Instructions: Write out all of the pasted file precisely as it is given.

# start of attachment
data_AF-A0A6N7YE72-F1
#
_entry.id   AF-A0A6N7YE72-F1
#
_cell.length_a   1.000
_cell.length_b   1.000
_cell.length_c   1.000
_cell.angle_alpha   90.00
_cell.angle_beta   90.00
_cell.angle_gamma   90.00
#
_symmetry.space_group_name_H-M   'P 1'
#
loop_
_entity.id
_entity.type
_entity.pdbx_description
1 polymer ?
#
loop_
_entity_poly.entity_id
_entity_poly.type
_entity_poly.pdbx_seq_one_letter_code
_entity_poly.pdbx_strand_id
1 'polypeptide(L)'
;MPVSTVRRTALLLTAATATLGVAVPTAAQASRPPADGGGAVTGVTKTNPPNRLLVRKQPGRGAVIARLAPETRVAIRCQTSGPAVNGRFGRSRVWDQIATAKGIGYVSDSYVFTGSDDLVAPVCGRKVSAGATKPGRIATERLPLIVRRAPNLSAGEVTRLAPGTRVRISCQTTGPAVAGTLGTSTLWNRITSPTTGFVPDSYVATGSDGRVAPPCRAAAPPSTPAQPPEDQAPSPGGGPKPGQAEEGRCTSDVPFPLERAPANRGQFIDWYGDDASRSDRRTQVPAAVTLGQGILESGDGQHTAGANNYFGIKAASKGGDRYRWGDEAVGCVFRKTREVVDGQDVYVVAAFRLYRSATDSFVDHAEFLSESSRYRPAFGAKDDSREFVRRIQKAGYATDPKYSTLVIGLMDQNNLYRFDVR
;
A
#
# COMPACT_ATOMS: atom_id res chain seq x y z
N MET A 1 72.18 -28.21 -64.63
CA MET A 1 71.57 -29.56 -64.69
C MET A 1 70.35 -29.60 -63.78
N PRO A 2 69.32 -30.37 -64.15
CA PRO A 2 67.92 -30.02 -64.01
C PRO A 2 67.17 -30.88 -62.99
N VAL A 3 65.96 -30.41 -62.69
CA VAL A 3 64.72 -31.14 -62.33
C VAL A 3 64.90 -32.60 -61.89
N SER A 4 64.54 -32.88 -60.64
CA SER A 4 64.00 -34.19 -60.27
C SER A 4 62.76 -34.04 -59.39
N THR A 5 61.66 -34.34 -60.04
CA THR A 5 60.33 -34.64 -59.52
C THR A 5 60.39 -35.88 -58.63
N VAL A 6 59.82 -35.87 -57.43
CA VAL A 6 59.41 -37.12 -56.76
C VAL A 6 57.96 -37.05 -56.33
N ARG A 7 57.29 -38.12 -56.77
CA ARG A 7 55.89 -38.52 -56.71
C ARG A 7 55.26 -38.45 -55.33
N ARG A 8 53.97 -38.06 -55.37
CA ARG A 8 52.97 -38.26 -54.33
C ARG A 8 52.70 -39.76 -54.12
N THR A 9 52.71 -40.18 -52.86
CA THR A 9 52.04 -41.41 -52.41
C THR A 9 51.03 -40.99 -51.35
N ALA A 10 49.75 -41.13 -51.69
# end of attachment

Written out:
data_AF-A0A6N7YE72-F1
#
_entry.id   AF-A0A6N7YE72-F1
#
_cell.length_a   1.000
_cell.length_b   1.000
_cell.length_c   1.000
_cell.angle_alpha   90.00
_cell.angle_beta   90.00
_cell.angle_gamma   90.00
#
_symmetry.space_group_name_H-M   'P 1'
#
loop_
_entity.id
_entity.type
_entity.pdbx_description
1 polymer ?
#
loop_
_entity_poly.entity_id
_entity_poly.type
_entity_poly.pdbx_seq_one_letter_code
_entity_poly.pdbx_strand_id
1 'polypeptide(L)'
;MPVSTVRRTALLLTAATATLGVAVPTAAQASRPPADGGGAVTGVTKTNPPNRLLVRKQPGRGAVIARLAPETRVAIRCQTSGPAVNGRFGRSRVWDQIATAKGIGYVSDSYVFTGSDDLVAPVCGRKVSAGATKPGRIATERLPLIVRRAPNLSAGEVTRLAPGTRVRISCQTTGPAVAGTLGTSTLWNRITSPTTGFVPDSYVATGSDGRVAPPCRAAAPPSTPAQPPEDQAPSPGGGPKPGQAEEGRCTSDVPFPLERAPANRGQFIDWYGDDASRSDRRTQVPAAVTLGQGILESGDGQHTAGANNYFGIKAASKGGDRYRWGDEAVGCVFRKTREVVDGQDVYVVAAFRLYRSATDSFVDHAEFLSESSRYRPAFGAKDDSREFVRRIQKAGYATDPKYSTLVIGLMDQNNLYRFDVR
;
A
#
# COMPACT_ATOMS: atom_id res chain seq x y z
N MET A 1 72.18 -28.21 -64.63
CA MET A 1 71.57 -29.56 -64.69
C MET A 1 70.35 -29.60 -63.78
N PRO A 2 69.32 -30.37 -64.15
CA PRO A 2 67.92 -30.02 -64.01
C PRO A 2 67.17 -30.88 -62.99
N VAL A 3 65.96 -30.41 -62.69
CA VAL A 3 64.72 -31.14 -62.33
C VAL A 3 64.90 -32.60 -61.89
N SER A 4 64.54 -32.88 -60.64
CA SER A 4 64.00 -34.19 -60.27
C SER A 4 62.76 -34.04 -59.39
N THR A 5 61.66 -34.34 -60.04
CA THR A 5 60.33 -34.64 -59.52
C THR A 5 60.39 -35.88 -58.63
N VAL A 6 59.82 -35.87 -57.43
CA VAL A 6 59.41 -37.12 -56.76
C VAL A 6 57.96 -37.05 -56.33
N ARG A 7 57.29 -38.12 -56.77
CA ARG A 7 55.89 -38.52 -56.71
C ARG A 7 55.26 -38.45 -55.33
N ARG A 8 53.97 -38.06 -55.37
CA ARG A 8 52.97 -38.26 -54.33
C ARG A 8 52.70 -39.76 -54.12
N THR A 9 52.71 -40.18 -52.86
CA THR A 9 52.04 -41.41 -52.41
C THR A 9 51.03 -40.99 -51.35
N ALA A 10 49.75 -41.13 -51.69